A Norfolk family is suing Starbucks after they say a father and daughter were secretly videotaped inside the bathroom at the chain's location near the National Mall.
According to a civil complaint, William Yockey and his family were visiting Washington from Norfolk in late April when they entered Starbucks at 7th Street and Pennsylvania Avenue NW.
While Yockey and his daughter were using the restroom, they discovered a small, activated camera under the sink that was pointed toward the toilet.
"She used the restroom..., and then I was using the restroom and my daughter says to me, 'Daddy there's a camera,'" said Andrew Yockey.
Yockey did not want a news camera to capture his face, but a different camera may already have.
"I turned and looked, a little out of disbelief, and sure enough there was a small digital camcorder underneath the sink pointed directly at the toilet," he said.
Yockey says he immediately reported it to the store's manager. "She calls the police and then offers me a beverage on the house," he said. D.C. police confiscated the camera.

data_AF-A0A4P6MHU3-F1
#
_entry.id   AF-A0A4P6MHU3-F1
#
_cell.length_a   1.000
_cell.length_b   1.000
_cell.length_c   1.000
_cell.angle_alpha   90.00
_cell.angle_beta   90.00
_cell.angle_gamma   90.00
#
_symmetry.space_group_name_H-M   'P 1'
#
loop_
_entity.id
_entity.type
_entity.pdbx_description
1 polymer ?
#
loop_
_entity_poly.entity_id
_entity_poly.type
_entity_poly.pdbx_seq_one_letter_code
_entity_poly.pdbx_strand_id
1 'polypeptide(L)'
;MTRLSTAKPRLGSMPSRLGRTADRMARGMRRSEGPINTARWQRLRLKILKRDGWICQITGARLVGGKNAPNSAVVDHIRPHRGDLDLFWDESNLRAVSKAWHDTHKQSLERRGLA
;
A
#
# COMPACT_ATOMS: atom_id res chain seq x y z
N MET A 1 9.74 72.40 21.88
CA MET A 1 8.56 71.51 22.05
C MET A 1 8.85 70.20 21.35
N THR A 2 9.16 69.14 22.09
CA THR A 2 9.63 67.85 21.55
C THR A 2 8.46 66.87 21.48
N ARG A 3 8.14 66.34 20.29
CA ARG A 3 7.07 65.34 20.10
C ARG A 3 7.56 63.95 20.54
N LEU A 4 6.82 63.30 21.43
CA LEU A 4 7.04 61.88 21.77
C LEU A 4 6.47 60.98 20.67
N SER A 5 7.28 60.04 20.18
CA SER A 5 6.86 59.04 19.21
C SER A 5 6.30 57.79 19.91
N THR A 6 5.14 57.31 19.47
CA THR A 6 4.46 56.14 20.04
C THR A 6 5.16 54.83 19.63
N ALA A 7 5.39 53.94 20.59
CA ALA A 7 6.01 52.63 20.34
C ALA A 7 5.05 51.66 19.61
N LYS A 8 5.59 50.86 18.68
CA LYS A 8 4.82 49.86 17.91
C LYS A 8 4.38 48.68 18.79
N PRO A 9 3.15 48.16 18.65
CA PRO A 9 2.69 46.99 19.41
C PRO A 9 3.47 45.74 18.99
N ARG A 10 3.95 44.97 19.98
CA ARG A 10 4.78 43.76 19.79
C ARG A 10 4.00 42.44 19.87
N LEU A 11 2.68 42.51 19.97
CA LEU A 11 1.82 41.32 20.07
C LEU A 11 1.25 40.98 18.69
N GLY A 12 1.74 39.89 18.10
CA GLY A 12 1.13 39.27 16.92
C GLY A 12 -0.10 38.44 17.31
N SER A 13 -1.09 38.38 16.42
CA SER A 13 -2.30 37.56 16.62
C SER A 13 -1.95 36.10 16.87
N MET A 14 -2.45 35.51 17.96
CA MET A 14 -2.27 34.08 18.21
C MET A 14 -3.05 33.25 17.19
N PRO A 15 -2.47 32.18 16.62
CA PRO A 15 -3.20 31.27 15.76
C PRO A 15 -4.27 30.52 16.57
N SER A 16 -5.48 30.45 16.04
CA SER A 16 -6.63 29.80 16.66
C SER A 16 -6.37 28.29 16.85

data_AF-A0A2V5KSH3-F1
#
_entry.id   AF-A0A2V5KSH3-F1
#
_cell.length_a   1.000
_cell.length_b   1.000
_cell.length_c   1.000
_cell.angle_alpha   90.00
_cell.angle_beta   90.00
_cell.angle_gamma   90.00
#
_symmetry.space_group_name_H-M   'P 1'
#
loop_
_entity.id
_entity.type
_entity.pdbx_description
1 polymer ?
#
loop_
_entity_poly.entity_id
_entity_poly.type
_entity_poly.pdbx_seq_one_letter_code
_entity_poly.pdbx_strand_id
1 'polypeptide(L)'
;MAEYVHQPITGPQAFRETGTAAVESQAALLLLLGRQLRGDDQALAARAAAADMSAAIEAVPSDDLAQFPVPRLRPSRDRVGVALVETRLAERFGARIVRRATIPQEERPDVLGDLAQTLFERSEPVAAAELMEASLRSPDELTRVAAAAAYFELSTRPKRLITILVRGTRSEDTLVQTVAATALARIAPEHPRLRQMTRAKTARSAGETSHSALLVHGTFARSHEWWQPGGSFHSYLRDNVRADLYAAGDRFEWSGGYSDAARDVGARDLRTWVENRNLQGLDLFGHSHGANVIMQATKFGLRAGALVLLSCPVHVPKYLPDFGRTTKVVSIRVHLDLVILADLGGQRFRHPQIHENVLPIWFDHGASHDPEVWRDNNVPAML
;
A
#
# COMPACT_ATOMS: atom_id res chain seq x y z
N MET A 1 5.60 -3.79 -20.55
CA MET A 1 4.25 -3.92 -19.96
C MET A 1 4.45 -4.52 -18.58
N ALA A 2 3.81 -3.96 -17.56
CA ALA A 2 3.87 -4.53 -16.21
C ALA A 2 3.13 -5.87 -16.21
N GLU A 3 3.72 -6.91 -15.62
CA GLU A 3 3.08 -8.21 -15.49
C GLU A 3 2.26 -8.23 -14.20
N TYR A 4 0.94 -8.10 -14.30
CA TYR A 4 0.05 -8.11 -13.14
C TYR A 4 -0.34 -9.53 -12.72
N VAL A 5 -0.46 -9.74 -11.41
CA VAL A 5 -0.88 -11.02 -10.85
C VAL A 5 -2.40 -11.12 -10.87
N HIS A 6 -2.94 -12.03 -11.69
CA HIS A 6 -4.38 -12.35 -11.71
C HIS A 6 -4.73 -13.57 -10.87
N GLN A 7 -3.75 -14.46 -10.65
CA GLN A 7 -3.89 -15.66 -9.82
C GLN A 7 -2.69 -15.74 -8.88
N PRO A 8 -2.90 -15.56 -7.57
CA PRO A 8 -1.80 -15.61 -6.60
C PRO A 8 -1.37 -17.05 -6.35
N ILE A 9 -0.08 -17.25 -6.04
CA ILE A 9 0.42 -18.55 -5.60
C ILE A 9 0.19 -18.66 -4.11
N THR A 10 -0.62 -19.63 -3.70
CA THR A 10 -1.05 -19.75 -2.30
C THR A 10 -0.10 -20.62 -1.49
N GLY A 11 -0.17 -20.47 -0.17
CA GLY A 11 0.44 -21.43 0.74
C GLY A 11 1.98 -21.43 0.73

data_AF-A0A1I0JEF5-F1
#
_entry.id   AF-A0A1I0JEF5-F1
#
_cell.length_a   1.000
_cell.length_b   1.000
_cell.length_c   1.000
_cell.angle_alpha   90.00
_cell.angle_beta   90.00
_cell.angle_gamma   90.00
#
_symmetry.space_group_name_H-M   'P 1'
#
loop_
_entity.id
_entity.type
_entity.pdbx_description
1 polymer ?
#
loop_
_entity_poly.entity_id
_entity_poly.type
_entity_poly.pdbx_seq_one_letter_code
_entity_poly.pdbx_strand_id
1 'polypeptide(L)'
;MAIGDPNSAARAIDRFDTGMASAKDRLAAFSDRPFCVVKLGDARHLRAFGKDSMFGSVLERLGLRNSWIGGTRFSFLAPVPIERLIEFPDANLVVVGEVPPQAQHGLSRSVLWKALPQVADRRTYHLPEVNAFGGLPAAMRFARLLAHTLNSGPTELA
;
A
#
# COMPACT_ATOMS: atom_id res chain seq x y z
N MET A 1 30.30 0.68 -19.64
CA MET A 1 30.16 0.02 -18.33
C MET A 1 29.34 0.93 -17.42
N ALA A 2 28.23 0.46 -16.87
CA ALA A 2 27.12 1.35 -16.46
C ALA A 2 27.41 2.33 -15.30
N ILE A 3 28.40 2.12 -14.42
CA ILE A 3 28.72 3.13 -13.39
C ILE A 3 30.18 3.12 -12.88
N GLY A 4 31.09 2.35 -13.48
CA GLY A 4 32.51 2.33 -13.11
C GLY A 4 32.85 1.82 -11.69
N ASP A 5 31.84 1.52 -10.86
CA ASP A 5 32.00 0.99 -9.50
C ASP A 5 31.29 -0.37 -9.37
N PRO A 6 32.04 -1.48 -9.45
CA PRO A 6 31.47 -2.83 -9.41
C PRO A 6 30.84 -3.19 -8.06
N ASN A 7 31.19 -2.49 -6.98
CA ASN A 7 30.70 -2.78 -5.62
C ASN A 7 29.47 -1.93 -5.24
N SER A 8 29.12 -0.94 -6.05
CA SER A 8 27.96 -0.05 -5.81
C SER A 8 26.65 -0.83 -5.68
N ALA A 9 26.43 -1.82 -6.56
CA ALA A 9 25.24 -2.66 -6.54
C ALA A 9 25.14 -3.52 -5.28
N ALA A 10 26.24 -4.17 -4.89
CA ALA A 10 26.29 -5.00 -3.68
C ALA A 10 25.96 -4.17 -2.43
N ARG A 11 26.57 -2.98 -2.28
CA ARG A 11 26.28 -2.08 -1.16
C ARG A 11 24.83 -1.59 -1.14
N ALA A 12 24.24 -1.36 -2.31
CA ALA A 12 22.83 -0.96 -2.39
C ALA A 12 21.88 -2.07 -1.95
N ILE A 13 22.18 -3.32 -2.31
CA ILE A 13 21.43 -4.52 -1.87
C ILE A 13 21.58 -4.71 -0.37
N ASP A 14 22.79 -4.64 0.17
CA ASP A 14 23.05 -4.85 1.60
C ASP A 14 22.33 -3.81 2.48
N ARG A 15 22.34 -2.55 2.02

Starbucks has tried to have the case dismissed to no avail. The Yockeys are alleging invasion of privacy, negligence, intentional infliction of emotional distress and negligent hiring, training and supervision in their suit.
"It's not about money, it's not about focusing on that at all, it's just about getting Starbucks to pay attention in this is happening nationwide," said Lindsay Yockey.
The family and their lawyer say that had Starbucks conducted timely inspections of the bathroom, the camera would have been noticed.
The family's attorney Hank Schlosberg is confident in the case. "I think a jury would understand the humility and the embarrassment that these folks went through," he said.
In a statement, Starbucks said it contacted police immediately after it learned of the incident and is assisting in the investigation.
"We can tell you that as a part of regular store operations, we monitor the seating areas and rest rooms in our stores on a regular basis to identify potential safety or security concerns," Starbucks stated.
Starbucks added that it can't comment directly on the case because of the lawsuit.
"I always go to this Starbucks but I've never gone into the bathroom - thank goodness for that," said Taneisha Kelly.
"It's their business. They should have someone checking the stores regularly to make sure something like that's not going on," said D.C. resident Kyle Weldon.
Yockey also says in his suit that the employees at the Starbucks had knowledge of the camera and their alleged illegal activity.